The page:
The Surface Problem in Trucking
The freight trucking industry in the United States is large and ubiquitous, valued at some $800 billion dollars annually. After an early surge in demand with buying and pantry stocking fueled by COVID-19 lockdown panic, the industry has seen precipitous demand drops and strong competition squeezing rates. While specific sections of the US economy remain level with or above pre-crisis demand, enough sectors have effectively been switched off leaving the net volume of goods transported down. This impact is dramatic and evident in data collected from various transportation metrics sources.
Reefer and dry van load-to-truck ratios and truck posts have breached 2017 and 2019 support levels; confirmation that general demand has collapsed. Additionally, rates in the spot market approach or are below the three-year record low as excess supply floods that market, further validating to the lack of demand and fierce competition to move any available freight. Skepticism remains on when and where these metrics will bottom out, and there is little clarity on the duration of this demand trough and eventual recovery.
The Brewing Storm
Not to abbreviate the gravitas the Pandemic has had on the demand and financials of the trucking industry, but a paradigm shift hit just as abruptly with the complete upheaval of physical interaction between facility staff and drivers during load acquisition (pick-up) and delivery. With the onset of the pandemic, facility staff has begun to treat delivery or pick-up drivers like viral-shedding lepers. In attempts to add additional precaution and safety to interactions, organizations have flailed about with new ideas, processes, and protocols, trying to find the right way to manage the interaction and limit risk. Pictures and stories from truck drivers abound on social media articulating a variety of social distancing experiments in distribution centers and manufacturing facilities aimed at limiting driver/staff interaction. Some organizations have even waived signatures on bills of lading (BOL). These documents and their associated signatures legally and historically denote the transfer of ownership and liability of the trailer and its inventory between the facility and the driver. Without this crucial step, what are the long-term implications if problems arise, loads go missing, or when there is contention over claims? These actions by the facilities are not without justification though, as the cost and supply chain impact to shut down a distribution or manufacturing facility due to a viral outbreak is enormous. Clearly the industry need has shifted and an effective, widely adopted solution remains elusive.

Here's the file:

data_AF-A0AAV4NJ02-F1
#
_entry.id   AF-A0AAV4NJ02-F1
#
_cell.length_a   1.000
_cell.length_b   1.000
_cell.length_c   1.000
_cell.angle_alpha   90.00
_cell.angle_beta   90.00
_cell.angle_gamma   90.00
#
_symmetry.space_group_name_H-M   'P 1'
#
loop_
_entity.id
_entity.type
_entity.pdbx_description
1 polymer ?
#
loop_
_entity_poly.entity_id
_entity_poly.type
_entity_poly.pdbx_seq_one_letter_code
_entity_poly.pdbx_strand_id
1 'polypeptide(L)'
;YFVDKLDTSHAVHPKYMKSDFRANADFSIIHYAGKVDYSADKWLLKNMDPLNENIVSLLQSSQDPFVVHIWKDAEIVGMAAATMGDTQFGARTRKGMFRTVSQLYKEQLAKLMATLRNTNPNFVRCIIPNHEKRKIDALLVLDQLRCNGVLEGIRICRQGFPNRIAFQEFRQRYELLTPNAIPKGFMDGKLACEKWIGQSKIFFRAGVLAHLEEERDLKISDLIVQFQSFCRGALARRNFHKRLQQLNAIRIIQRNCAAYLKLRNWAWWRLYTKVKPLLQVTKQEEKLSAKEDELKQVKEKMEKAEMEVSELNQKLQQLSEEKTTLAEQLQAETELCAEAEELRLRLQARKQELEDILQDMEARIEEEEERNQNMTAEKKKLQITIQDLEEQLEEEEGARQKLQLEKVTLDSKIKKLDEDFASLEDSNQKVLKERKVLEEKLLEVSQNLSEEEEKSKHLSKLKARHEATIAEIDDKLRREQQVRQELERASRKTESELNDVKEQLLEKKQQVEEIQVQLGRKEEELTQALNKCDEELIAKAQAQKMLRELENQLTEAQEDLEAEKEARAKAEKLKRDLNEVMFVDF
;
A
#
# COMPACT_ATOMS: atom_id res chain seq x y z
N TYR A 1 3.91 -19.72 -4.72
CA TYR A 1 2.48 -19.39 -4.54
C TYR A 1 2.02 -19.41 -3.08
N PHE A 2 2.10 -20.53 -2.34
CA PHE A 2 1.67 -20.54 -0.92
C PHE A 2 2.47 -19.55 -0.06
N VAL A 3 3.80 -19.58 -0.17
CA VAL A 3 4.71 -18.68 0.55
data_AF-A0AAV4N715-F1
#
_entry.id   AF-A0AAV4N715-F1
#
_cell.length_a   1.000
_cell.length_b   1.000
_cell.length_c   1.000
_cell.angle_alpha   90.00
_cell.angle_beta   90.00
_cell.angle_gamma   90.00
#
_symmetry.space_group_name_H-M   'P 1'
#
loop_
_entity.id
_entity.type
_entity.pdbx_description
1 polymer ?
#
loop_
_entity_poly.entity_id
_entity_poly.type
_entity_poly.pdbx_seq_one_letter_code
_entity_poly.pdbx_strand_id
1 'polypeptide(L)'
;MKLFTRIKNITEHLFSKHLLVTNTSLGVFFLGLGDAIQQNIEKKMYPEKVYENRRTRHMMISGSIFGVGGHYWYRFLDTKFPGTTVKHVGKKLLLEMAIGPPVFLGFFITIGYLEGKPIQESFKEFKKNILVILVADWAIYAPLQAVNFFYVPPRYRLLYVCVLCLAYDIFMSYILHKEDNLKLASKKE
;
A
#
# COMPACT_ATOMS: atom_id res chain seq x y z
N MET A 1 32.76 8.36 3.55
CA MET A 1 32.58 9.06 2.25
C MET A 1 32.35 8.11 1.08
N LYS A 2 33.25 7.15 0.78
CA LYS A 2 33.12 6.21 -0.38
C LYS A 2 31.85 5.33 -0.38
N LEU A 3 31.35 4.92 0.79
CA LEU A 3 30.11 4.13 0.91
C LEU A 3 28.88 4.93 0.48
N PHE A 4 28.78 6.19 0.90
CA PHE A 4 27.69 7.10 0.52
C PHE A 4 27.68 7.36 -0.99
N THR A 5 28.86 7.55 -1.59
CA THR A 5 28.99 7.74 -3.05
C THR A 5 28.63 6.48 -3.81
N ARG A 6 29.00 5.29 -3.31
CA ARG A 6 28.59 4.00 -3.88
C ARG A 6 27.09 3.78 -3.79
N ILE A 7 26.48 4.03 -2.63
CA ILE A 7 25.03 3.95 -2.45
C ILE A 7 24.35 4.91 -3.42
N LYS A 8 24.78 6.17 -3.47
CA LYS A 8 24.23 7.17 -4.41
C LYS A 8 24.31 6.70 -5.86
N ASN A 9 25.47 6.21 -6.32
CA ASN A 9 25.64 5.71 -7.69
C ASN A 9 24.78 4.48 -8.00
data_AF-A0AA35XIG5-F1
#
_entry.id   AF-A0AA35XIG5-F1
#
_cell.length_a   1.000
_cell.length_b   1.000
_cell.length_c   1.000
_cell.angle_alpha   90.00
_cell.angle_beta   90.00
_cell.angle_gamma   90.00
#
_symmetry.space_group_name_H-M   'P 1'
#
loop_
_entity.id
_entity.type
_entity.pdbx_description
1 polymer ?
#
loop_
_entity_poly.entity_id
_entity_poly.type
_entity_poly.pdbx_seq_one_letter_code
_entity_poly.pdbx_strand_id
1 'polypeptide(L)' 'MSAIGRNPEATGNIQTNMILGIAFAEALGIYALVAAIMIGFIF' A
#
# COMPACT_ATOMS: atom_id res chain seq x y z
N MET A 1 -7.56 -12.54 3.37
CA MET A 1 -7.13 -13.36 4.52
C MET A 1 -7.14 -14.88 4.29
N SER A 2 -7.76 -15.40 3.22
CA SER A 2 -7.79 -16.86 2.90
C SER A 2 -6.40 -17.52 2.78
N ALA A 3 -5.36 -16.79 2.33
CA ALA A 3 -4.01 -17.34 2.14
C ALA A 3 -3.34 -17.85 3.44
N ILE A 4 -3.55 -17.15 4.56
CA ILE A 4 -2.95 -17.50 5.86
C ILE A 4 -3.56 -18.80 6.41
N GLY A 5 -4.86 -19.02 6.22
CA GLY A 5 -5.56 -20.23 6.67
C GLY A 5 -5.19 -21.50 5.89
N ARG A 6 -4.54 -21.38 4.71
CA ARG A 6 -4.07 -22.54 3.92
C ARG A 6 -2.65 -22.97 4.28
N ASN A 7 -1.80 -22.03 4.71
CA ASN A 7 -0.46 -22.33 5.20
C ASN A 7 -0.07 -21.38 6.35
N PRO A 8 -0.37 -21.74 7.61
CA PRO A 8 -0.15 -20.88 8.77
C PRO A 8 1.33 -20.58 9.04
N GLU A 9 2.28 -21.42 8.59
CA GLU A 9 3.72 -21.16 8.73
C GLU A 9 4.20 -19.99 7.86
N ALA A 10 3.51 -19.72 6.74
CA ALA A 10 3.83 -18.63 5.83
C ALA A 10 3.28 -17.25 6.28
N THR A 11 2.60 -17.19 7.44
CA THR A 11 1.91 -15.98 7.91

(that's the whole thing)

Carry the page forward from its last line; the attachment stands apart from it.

What the Future Holds
What is one to make of this and what conclusions can they draw to protect their business?
First, it is clear the trucking industry is and will continue to experience pain for the foreseeable future, or at least until the demand for goods and their transport materially increases. Manufacturers can expect cheaper rates to move freight and fierce competition to move the limited freight in the market. This situation will slowly improve for truckers, in line with the speed of economic reopening, unless the supply of truckers decreases due to the current dearth in demand.
Second, companies must be thoughtful when making decisions to change processes in order to protect their employees. Mimesis and the desire to follow other organizations in their decisions must be tempered. In this case, the volume of trucks operated without executed BOLs is cause for concern. Specifically, in the claims market, the scaly underbelly of the trucking industry that floats to the surface when something goes wrong with a shipment. While claims spend is typically no more than a few percentage points of total freight spend for most manufacturers, what happens in April, May, and June when claims are processed and ambiguity exists for the burden to roll downhill entirely to the shipper without an executed BOL to prove ownership transfer? If this results in a several percentage point spike in claims for organizations in the second quarter, this could add six, seven, or even eight figures in unexpected cost and liability to an already bleak quarter. We caution our customers and network to avoid impending claims exposure by finding ways to ensure execution of BOLs and the legal process of ownership transfer is honored.
Third, the archaic paper-based workflows that take place face-to-face between drivers and facility staff have been rendered not only obsolete, but also dangerous. The industry needs a solution to drive a seamless digital interaction that meets the needs of the industry both operationally and legally, while protecting the health and safety of both truckers and facility staff. Without this, rash decisions made with the best intentions, have the chance to negatively impact organizations, people, and even the supply chain in unexpected ways.
Learn more about our response and how we are uniquely positioned to help the drivers and facility staff in our communities continue to transport goods without risk of viral transmission. M.Folio’s entirely digital document management and Driver Kiosk is redefining and improving the relationship between facility staff, drivers, and documentation. Read more at macgregorpartners.com/m-folio.